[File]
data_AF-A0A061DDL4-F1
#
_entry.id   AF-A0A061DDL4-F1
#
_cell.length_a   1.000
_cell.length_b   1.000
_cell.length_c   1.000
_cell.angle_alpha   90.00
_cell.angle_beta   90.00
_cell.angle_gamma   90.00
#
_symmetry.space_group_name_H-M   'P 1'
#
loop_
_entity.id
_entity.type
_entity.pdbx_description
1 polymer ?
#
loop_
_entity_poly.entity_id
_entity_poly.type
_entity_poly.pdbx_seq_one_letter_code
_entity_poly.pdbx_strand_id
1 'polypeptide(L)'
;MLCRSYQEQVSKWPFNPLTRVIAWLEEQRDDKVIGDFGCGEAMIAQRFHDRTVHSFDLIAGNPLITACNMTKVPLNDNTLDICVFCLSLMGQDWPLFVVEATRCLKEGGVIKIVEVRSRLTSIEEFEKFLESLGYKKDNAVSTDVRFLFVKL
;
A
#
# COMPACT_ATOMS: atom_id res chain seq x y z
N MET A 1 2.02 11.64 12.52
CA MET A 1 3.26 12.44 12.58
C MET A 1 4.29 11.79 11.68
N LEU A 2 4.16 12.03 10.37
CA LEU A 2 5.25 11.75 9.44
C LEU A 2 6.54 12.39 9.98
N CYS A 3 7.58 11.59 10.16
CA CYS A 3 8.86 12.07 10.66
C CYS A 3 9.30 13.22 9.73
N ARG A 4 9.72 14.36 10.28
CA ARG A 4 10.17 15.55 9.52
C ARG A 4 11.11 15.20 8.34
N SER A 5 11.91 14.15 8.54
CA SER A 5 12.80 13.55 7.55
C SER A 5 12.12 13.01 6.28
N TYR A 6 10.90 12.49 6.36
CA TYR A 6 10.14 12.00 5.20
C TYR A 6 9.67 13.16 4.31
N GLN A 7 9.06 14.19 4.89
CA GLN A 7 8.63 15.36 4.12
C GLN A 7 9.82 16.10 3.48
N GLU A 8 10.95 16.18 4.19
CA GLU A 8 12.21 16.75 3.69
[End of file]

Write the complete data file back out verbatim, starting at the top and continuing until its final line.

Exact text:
data_AF-A0A061DDL4-F1
#
_entry.id   AF-A0A061DDL4-F1
#
_cell.length_a   1.000
_cell.length_b   1.000
_cell.length_c   1.000
_cell.angle_alpha   90.00
_cell.angle_beta   90.00
_cell.angle_gamma   90.00
#
_symmetry.space_group_name_H-M   'P 1'
#
loop_
_entity.id
_entity.type
_entity.pdbx_description
1 polymer ?
#
loop_
_entity_poly.entity_id
_entity_poly.type
_entity_poly.pdbx_seq_one_letter_code
_entity_poly.pdbx_strand_id
1 'polypeptide(L)'
;MLCRSYQEQVSKWPFNPLTRVIAWLEEQRDDKVIGDFGCGEAMIAQRFHDRTVHSFDLIAGNPLITACNMTKVPLNDNTLDICVFCLSLMGQDWPLFVVEATRCLKEGGVIKIVEVRSRLTSIEEFEKFLESLGYKKDNAVSTDVRFLFVKL
;
A
#
# COMPACT_ATOMS: atom_id res chain seq x y z
N MET A 1 2.02 11.64 12.52
CA MET A 1 3.26 12.44 12.58
C MET A 1 4.29 11.79 11.68
N LEU A 2 4.16 12.03 10.37
CA LEU A 2 5.25 11.75 9.44
C LEU A 2 6.54 12.39 9.98
N CYS A 3 7.58 11.59 10.16
CA CYS A 3 8.86 12.07 10.66
C CYS A 3 9.30 13.22 9.73
N ARG A 4 9.72 14.36 10.28
CA ARG A 4 10.17 15.55 9.52
C ARG A 4 11.11 15.20 8.34
N SER A 5 11.91 14.15 8.54
CA SER A 5 12.80 13.55 7.55
C SER A 5 12.12 13.01 6.28
N TYR A 6 10.90 12.49 6.36
CA TYR A 6 10.14 12.00 5.20
C TYR A 6 9.67 13.16 4.31
N GLN A 7 9.06 14.19 4.89
CA GLN A 7 8.63 15.36 4.12
C GLN A 7 9.82 16.10 3.48
N GLU A 8 10.95 16.18 4.19
CA GLU A 8 12.21 16.75 3.69